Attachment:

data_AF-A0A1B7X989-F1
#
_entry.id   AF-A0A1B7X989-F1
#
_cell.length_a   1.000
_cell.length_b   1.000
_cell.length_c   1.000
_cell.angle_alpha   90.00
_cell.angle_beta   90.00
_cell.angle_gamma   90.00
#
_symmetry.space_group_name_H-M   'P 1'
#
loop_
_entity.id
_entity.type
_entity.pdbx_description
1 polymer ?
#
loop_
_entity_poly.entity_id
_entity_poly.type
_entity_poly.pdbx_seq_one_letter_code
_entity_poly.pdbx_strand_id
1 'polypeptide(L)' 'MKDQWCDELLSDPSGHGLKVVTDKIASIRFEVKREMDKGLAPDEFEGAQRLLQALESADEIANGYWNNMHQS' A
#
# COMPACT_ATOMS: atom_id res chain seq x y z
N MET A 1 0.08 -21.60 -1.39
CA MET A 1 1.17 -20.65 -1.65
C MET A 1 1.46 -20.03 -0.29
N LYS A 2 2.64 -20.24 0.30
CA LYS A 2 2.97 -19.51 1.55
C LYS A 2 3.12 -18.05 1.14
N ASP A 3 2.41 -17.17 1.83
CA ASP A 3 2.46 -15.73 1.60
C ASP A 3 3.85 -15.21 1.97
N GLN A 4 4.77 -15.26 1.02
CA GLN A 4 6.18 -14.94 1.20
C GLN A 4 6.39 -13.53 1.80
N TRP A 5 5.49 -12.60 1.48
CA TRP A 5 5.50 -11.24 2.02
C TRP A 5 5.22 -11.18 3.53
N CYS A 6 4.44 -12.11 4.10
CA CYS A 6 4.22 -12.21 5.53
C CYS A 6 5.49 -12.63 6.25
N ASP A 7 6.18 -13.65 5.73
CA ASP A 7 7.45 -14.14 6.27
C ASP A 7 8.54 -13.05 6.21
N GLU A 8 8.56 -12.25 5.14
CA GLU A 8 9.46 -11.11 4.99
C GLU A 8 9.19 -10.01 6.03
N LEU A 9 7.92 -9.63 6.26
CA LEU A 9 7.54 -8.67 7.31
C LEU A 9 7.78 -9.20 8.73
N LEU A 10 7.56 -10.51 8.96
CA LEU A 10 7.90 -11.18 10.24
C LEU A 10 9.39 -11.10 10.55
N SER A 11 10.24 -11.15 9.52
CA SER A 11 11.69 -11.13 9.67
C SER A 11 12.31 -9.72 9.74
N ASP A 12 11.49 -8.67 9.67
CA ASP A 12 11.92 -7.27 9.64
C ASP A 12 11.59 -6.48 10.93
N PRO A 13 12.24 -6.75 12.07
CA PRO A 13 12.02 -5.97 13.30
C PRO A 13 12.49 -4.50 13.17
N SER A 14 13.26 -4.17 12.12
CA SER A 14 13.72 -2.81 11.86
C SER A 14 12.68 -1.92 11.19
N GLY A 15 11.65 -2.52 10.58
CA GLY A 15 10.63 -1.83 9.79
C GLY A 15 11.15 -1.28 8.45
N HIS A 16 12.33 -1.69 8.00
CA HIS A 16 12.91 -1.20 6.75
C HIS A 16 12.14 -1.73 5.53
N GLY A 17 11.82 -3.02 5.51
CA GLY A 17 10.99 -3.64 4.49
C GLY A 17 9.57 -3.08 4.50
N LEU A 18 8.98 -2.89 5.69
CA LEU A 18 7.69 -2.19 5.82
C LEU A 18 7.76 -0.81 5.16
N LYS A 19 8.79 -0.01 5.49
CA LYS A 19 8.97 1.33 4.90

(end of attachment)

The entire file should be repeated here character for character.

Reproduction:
data_AF-A0A1B7X989-F1
#
_entry.id   AF-A0A1B7X989-F1
#
_cell.length_a   1.000
_cell.length_b   1.000
_cell.length_c   1.000
_cell.angle_alpha   90.00
_cell.angle_beta   90.00
_cell.angle_gamma   90.00
#
_symmetry.space_group_name_H-M   'P 1'
#
loop_
_entity.id
_entity.type
_entity.pdbx_description
1 polymer ?
#
loop_
_entity_poly.entity_id
_entity_poly.type
_entity_poly.pdbx_seq_one_letter_code
_entity_poly.pdbx_strand_id
1 'polypeptide(L)' 'MKDQWCDELLSDPSGHGLKVVTDKIASIRFEVKREMDKGLAPDEFEGAQRLLQALESADEIANGYWNNMHQS' A
#
# COMPACT_ATOMS: atom_id res chain seq x y z
N MET A 1 0.08 -21.60 -1.39
CA MET A 1 1.17 -20.65 -1.65
C MET A 1 1.46 -20.03 -0.29
N LYS A 2 2.64 -20.24 0.30
CA LYS A 2 2.97 -19.51 1.55
C LYS A 2 3.12 -18.05 1.14
N ASP A 3 2.41 -17.17 1.83
CA ASP A 3 2.46 -15.73 1.60
C ASP A 3 3.85 -15.21 1.97
N GLN A 4 4.77 -15.26 1.02
CA GLN A 4 6.18 -14.94 1.20
C GLN A 4 6.39 -13.53 1.80
N TRP A 5 5.49 -12.60 1.48
CA TRP A 5 5.50 -11.24 2.02
C TRP A 5 5.22 -11.18 3.53
N CYS A 6 4.44 -12.11 4.10
CA CYS A 6 4.22 -12.21 5.53
C CYS A 6 5.49 -12.63 6.25
N ASP A 7 6.18 -13.65 5.73
CA ASP A 7 7.45 -14.14 6.27
C ASP A 7 8.54 -13.05 6.21
N GLU A 8 8.56 -12.25 5.14
CA GLU A 8 9.46 -11.11 4.99
C GLU A 8 9.19 -10.01 6.03
N LEU A 9 7.92 -9.63 6.26
CA LEU A 9 7.54 -8.67 7.31
C LEU A 9 7.78 -9.20 8.73
N LEU A 10 7.56 -10.51 8.96
CA LEU A 10 7.90 -11.18 10.24
C LEU A 10 9.39 -11.10 10.55
N SER A 11 10.24 -11.15 9.52
CA SER A 11 11.69 -11.13 9.67
C SER A 11 12.31 -9.72 9.74
N ASP A 12 11.49 -8.67 9.67
CA ASP A 12 11.92 -7.27 9.64
C ASP A 12 11.59 -6.48 10.93
N PRO A 13 12.24 -6.75 12.07
CA PRO A 13 12.02 -5.97 13.30
C PRO A 13 12.49 -4.50 13.17
N SER A 14 13.26 -4.17 12.12
CA SER A 14 13.72 -2.81 11.86
C SER A 14 12.68 -1.92 11.19
N GLY A 15 11.65 -2.52 10.58
CA GLY A 15 10.63 -1.83 9.79
C GLY A 15 11.15 -1.28 8.45
N HIS A 16 12.33 -1.69 8.00
CA HIS A 16 12.91 -1.20 6.75
C HIS A 16 12.14 -1.73 5.53
N GLY A 17 11.82 -3.02 5.51
CA GLY A 17 10.99 -3.64 4.49
C GLY A 17 9.57 -3.08 4.50
N LEU A 18 8.98 -2.89 5.69
CA LEU A 18 7.69 -2.19 5.82
C LEU A 18 7.76 -0.81 5.16
N LYS A 19 8.79 -0.01 5.49
CA LYS A 19 8.97 1.33 4.90